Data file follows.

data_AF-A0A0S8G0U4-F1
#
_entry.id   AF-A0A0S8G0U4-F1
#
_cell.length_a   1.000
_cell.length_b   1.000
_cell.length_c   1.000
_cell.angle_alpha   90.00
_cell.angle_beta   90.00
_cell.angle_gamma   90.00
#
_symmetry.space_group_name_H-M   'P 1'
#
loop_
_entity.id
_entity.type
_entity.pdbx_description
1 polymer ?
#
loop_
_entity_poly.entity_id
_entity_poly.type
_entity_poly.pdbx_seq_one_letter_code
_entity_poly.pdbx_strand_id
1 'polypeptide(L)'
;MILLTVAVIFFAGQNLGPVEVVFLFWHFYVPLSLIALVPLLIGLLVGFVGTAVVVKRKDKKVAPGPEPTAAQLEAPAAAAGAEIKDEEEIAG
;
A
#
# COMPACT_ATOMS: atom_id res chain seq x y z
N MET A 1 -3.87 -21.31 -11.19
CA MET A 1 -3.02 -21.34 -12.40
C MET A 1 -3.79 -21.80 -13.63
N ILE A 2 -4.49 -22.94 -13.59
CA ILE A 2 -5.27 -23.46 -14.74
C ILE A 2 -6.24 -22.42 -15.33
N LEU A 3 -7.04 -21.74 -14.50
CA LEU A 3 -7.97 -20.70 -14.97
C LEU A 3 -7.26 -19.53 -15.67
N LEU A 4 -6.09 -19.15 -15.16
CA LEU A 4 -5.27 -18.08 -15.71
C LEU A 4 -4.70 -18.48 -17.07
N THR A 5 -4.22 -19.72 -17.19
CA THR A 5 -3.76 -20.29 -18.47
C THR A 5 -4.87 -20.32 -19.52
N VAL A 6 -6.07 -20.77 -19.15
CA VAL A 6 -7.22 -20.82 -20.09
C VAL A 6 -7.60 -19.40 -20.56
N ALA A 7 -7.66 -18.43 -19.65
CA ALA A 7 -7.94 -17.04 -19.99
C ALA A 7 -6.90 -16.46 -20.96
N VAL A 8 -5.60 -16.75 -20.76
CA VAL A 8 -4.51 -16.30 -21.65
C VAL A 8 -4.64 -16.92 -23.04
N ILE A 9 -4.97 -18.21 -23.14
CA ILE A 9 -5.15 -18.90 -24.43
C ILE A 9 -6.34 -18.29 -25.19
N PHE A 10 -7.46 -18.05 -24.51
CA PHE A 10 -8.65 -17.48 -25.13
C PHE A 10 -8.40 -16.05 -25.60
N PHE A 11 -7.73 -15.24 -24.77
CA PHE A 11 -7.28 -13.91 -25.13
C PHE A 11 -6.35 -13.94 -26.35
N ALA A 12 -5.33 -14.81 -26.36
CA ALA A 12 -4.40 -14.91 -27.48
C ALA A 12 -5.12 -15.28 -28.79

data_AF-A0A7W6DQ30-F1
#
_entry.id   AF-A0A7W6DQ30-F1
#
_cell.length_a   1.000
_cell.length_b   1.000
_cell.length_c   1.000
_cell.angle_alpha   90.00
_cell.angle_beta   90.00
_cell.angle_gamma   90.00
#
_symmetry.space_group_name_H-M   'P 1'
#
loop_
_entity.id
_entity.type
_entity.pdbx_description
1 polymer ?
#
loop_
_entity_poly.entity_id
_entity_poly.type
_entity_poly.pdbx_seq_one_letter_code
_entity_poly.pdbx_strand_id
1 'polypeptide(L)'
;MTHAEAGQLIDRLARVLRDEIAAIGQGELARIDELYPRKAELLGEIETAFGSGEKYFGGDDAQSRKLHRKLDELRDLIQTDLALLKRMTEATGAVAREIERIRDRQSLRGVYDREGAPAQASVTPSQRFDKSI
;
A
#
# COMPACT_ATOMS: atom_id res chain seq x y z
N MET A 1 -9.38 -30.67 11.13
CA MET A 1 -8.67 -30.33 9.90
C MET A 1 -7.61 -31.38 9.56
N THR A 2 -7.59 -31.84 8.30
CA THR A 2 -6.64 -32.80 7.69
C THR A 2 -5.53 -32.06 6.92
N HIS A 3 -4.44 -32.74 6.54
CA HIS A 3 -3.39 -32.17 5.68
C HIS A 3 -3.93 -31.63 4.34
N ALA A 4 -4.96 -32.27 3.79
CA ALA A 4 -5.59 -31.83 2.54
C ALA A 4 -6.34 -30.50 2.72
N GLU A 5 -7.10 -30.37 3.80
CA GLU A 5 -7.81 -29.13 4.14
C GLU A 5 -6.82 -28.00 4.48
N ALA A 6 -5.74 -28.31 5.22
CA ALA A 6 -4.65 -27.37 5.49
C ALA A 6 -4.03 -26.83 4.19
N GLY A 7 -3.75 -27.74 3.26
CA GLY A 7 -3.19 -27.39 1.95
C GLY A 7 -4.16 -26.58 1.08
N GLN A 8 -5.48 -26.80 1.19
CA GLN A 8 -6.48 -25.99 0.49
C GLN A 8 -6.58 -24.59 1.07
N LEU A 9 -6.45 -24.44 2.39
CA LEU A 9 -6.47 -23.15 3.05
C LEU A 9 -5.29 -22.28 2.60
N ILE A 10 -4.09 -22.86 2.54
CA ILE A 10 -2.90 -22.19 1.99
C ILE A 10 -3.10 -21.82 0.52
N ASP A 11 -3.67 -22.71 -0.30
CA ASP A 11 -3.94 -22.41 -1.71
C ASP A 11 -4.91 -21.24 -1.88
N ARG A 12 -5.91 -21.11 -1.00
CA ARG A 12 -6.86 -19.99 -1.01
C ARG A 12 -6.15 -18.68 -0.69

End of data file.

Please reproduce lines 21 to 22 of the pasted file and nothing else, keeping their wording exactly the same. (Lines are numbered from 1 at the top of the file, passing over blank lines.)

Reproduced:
_entity_poly.entity_id
_entity_poly.type